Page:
• Stripes uses Action Beans, which are so named because they combine actions with JavaBean properties. Here, the action is showDetail, and the bean is the inclusion of the productId and product properties.

In productDetail.jsp, we can easily show the details of the selected product by taking advantage of the automatic presence of the action bean within the JSP, under actionBean, courtesy of Stripes: 

 <%-- productDetails.jsp --%>
  <h1>Product details</h1>
  <ul>
    <li>Name: ${actionBean.product.name}</li>
    <li>Description: ${actionBean.product.description}</li>
    <li>Price: ${actionBean.product.price}</li>
  </ul>
 

Knowing that the current action bean is always available in the JSP under {actionBean} makes it easy to transfer data to the view: just add a getter method in the action bean class for the information that you want to access.

More about action beans

Action beans are the workhorses of a Stripes application. These classes are where you receive input and handle events triggered by the user clicking on links or submitting forms. One feature that makes things easy for you, the developer, is, that action beans are thread-safe. A fresh instance is created to handle each request, so you are free to use instance variables without worry. The next thing to know about action beans is that you handle events with methods of the following signature:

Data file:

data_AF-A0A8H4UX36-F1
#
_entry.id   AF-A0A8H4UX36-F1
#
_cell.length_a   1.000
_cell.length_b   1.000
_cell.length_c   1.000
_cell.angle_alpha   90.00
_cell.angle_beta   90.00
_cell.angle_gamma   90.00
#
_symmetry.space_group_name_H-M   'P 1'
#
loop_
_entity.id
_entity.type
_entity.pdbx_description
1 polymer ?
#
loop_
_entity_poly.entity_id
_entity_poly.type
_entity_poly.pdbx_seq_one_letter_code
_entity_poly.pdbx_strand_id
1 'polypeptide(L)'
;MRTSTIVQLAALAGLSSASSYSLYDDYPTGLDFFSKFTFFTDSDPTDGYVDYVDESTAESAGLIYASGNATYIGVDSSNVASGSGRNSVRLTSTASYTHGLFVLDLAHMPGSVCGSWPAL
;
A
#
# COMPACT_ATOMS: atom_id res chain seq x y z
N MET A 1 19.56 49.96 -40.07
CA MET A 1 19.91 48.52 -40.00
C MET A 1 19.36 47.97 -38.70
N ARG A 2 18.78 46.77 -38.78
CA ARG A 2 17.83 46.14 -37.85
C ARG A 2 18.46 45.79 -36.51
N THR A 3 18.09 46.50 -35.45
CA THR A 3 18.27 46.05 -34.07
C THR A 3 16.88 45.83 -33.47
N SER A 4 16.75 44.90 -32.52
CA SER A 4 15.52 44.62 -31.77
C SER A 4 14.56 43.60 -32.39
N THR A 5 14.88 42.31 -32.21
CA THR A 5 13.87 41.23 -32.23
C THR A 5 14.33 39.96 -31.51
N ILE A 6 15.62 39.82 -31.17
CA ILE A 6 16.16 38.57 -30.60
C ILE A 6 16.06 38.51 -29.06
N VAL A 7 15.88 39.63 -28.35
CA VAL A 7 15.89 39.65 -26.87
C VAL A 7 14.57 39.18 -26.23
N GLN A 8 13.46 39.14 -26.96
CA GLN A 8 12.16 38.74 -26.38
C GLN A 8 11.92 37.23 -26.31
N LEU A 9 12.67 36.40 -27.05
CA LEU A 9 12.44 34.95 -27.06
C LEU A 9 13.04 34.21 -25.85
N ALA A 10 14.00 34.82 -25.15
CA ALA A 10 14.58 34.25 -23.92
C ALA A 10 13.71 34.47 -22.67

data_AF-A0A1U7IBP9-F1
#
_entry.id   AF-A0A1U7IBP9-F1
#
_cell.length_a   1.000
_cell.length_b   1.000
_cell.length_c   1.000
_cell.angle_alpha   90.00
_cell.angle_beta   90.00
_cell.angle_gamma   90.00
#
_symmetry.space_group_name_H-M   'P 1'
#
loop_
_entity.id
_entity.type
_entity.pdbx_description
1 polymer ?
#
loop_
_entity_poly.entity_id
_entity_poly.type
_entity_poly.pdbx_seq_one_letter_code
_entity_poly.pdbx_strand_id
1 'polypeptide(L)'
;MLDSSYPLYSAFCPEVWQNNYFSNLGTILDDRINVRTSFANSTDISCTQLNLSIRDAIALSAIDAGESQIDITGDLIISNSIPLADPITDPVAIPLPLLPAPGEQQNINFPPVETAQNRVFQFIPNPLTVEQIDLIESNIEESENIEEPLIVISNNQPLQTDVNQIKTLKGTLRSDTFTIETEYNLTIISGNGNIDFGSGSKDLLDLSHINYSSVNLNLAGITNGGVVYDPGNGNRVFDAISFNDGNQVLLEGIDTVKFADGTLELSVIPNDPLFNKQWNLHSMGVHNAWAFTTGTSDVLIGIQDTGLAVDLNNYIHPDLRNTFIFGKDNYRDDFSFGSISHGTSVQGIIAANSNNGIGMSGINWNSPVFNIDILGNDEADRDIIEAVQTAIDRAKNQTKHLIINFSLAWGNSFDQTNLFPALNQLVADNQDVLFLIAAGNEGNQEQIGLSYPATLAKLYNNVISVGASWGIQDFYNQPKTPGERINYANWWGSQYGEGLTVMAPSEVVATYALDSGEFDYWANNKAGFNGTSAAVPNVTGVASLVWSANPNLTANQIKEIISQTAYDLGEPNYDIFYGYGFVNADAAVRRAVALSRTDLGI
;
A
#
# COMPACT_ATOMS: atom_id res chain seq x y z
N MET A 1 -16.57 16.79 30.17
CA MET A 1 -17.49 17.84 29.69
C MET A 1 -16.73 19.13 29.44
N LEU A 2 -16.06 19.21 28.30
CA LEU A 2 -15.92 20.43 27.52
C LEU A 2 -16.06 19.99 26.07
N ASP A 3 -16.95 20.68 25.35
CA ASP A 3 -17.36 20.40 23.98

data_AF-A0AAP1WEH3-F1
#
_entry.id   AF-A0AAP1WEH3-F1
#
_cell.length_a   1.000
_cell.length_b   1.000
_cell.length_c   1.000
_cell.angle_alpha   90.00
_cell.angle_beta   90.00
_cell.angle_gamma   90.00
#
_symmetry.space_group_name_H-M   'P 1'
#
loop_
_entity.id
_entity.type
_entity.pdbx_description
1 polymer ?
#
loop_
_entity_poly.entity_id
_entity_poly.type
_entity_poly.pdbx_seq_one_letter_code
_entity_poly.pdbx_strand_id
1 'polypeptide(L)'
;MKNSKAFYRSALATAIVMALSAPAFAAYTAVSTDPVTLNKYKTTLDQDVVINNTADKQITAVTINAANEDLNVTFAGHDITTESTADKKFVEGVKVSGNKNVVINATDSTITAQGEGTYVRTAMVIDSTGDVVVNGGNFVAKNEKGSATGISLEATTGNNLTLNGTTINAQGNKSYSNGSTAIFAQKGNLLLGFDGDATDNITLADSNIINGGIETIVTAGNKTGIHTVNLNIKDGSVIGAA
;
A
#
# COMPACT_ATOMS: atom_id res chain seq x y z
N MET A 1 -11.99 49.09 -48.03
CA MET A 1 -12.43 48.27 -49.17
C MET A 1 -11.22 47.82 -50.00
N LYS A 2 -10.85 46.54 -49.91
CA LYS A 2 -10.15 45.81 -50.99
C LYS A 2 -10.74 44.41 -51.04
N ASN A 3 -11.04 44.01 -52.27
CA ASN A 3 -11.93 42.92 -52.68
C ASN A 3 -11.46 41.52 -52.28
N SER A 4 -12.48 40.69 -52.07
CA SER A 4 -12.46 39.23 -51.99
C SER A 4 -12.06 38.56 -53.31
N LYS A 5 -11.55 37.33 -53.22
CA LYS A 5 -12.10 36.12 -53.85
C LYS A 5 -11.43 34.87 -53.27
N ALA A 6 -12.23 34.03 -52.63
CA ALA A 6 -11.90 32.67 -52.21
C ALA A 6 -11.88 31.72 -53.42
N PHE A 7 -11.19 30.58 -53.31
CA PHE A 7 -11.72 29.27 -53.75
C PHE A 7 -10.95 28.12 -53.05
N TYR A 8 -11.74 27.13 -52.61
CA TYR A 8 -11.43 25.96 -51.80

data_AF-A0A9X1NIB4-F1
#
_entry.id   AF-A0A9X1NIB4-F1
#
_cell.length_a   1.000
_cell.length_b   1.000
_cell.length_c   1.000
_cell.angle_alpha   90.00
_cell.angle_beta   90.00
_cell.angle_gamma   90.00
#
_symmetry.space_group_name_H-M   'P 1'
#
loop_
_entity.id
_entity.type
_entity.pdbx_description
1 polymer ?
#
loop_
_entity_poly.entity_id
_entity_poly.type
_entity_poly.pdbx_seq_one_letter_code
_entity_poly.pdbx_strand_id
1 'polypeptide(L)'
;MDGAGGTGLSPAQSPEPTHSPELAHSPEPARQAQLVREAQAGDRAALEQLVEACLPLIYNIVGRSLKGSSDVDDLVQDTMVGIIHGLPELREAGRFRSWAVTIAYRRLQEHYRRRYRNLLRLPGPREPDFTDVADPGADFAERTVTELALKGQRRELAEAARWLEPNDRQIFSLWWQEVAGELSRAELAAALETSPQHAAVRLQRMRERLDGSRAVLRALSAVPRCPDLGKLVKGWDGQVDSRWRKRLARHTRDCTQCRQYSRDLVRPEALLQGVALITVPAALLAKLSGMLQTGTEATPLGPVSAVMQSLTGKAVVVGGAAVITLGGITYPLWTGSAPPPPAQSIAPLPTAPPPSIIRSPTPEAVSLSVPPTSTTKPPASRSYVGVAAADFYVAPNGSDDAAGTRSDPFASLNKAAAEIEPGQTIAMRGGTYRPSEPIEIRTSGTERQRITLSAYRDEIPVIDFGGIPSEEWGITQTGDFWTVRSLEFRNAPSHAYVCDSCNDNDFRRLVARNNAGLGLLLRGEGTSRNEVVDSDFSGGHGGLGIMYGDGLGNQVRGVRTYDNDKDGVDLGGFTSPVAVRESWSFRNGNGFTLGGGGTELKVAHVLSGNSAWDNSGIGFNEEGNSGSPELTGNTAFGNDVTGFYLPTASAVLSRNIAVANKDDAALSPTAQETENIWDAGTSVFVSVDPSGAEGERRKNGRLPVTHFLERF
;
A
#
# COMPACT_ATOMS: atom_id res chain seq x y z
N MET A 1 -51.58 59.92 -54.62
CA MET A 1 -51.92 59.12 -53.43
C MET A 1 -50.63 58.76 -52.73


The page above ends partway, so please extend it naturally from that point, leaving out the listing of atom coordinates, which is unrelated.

public Resolution eventName()

 

The method name determines the name of the event that it handles. We already saw how to indicate the action bean class and event name in a link:  

 

 <stripes:link beanclass="..." event="...">

 

We can do the same for a form just as easily:  

 

 <stripes:form beanclass="...">
    <stripes:submit name="save" value="Save Data"/>
    <stripes:submit name="cancel" value="Cancel everything"/>
  </stripes:form>

 

The name in each <stripes:submit> tag indicates which event handler method to call in the action bean (the value is the button label to show in the browser). This makes it really easy to handle multiple submit buttons in a form! Just write an event handler method for each button:  

 

 public Resolution save() {
    // ... 
  }
  public Resolution cancel() {
    // ... 
  }